- In Connecticut, "joint custody" means an order awarding legal custody of the minor child to both parents, providing for joint decision-making by the parents and providing that physical custody shall be shared by the parents in such a way as to assure the child of continuing contact with both parents. The court may award joint legal custody without awarding joint physical custody where the parents have agreed to merely joint legal custody.
- There shall be a presumption affecting the burden of proof that joint custody is in the best interests of a minor child where the parents have agreed to an award of joint custody or so agree in open court at a hearing for the purpose of determining the custody of the minor child or children of the marriage. If the court declines to enter an order awarding joint custody pursuant to this subsection, the court shall state in its decision the reasons for denial of an award of joint custody.
- If only one parent seeks an order of joint custody upon a motion duly made, the court may order both parties to submit to conciliation at their own expense with the costs of such conciliation to be borne by the parties as the court directs according to each party's ability to pay.
- In any proceeding before the Superior Court involving a dispute between the parents of a minor child with respect to the custody, care, education and upbringing of such child, the parents shall file with the court, at such time and in such form as provided by rule of court, a proposed parental responsibility plan that shall include, at a minimum, the following:
- A schedule of the physical residence of the child during the year;
- provisions allocating decision-making authority to one or both parents regarding the child's health, education and religious upbringing;
- provisions for the resolution of future disputes between the parents, including, where appropriate, the involvement of a mental health professional or other parties to assist the parents in reaching a developmentally appropriate resolution to such disputes;
- provisions for dealing with the parents' failure to honor their responsibilities under the plan;
- provisions for dealing with the child's changing needs as the child grows and matures;
- provisions for minimizing the child's exposure to harmful parental conflict, encouraging the parents in appropriate circumstances to meet their responsibilities through agreements, and protecting the best interests of the child.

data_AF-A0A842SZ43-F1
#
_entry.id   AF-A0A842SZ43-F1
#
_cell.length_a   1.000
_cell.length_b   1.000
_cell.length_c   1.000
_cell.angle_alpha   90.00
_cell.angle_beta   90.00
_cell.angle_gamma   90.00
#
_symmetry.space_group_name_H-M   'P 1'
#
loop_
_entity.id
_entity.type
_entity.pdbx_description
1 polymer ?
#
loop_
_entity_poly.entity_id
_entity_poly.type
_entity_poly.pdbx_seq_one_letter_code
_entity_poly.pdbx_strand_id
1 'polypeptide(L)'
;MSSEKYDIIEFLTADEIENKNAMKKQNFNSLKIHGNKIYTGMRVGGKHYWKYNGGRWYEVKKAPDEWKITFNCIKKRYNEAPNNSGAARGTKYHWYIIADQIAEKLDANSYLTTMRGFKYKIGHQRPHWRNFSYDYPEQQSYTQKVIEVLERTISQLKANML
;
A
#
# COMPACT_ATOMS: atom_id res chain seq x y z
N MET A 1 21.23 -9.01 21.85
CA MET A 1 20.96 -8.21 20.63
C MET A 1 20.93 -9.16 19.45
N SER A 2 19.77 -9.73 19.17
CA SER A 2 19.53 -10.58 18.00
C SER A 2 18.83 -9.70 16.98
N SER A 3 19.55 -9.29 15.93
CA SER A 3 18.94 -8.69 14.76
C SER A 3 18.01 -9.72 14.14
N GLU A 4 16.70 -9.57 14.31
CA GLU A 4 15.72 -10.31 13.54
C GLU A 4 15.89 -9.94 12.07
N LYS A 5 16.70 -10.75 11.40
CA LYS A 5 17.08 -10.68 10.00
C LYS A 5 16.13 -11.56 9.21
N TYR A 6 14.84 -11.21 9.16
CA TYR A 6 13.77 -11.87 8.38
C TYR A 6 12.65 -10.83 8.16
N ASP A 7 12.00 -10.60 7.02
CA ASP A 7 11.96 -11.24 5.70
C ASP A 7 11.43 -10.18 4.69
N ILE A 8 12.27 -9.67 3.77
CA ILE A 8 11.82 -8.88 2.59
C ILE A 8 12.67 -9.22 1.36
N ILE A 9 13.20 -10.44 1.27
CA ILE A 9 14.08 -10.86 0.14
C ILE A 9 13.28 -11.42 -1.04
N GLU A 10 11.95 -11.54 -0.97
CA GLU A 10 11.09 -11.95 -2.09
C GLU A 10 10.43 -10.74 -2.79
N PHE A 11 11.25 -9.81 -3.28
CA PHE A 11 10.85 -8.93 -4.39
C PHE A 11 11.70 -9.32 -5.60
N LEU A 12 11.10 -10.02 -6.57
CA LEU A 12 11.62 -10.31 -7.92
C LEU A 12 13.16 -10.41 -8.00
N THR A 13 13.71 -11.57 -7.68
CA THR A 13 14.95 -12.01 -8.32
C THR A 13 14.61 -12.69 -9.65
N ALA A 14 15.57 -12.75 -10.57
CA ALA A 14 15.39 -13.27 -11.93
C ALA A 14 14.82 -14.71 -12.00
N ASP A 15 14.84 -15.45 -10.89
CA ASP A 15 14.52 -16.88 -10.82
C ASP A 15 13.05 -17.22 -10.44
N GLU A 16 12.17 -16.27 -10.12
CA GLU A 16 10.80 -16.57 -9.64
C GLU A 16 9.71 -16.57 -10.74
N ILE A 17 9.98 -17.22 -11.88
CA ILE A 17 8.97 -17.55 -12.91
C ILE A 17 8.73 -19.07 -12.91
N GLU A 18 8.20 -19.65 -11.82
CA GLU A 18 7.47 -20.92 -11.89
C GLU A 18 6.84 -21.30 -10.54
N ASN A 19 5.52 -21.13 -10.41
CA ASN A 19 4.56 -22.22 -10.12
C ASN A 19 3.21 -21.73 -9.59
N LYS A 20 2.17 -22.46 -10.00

- The objectives of a parental responsibility plan under this section are to provide for the child's physical care and emotional stability, to provide for the child's changing needs as the child grows and to set forth the authority and responsibility of each parent with respect to the child.
- If both parents consent to a parental responsibility plan under this section, such plan shall be approved by the court as the custodial and access orders of the court pursuant to Connecticut General Statute section 46b-56, unless the court finds that such plan as submitted and agreed to is not in the best interests of the child.
- The court may modify any orders made under this section in accordance with Connecticut General Statute section 46b-56.
In Connecticut, the Superior Court may grant the right of visitation with respect to any minor child or children to any person, upon an application of such person. Such order shall be according to the court's best judgment upon the facts of the case and subject to such conditions and limitations as it deems equitable, provided the grant of such visitation rights shall not be contingent upon any order of financial support by the court. In making, modifying or terminating such an order, the court shall be guided by the best interest of the child, giving consideration to the wishes of such child if he is of sufficient age and capable of forming an intelligent opinion.
Visitation rights do not create parental rights in the person or persons to whom such visitation rights are granted. Moreover, the grant of such visitation rights shall not prevent any court of competent jurisdiction from thereafter acting upon the custody of such child, the parental rights with respect to such child or the adoption of such child and any such court may include in its decree an order terminating such visitation rights.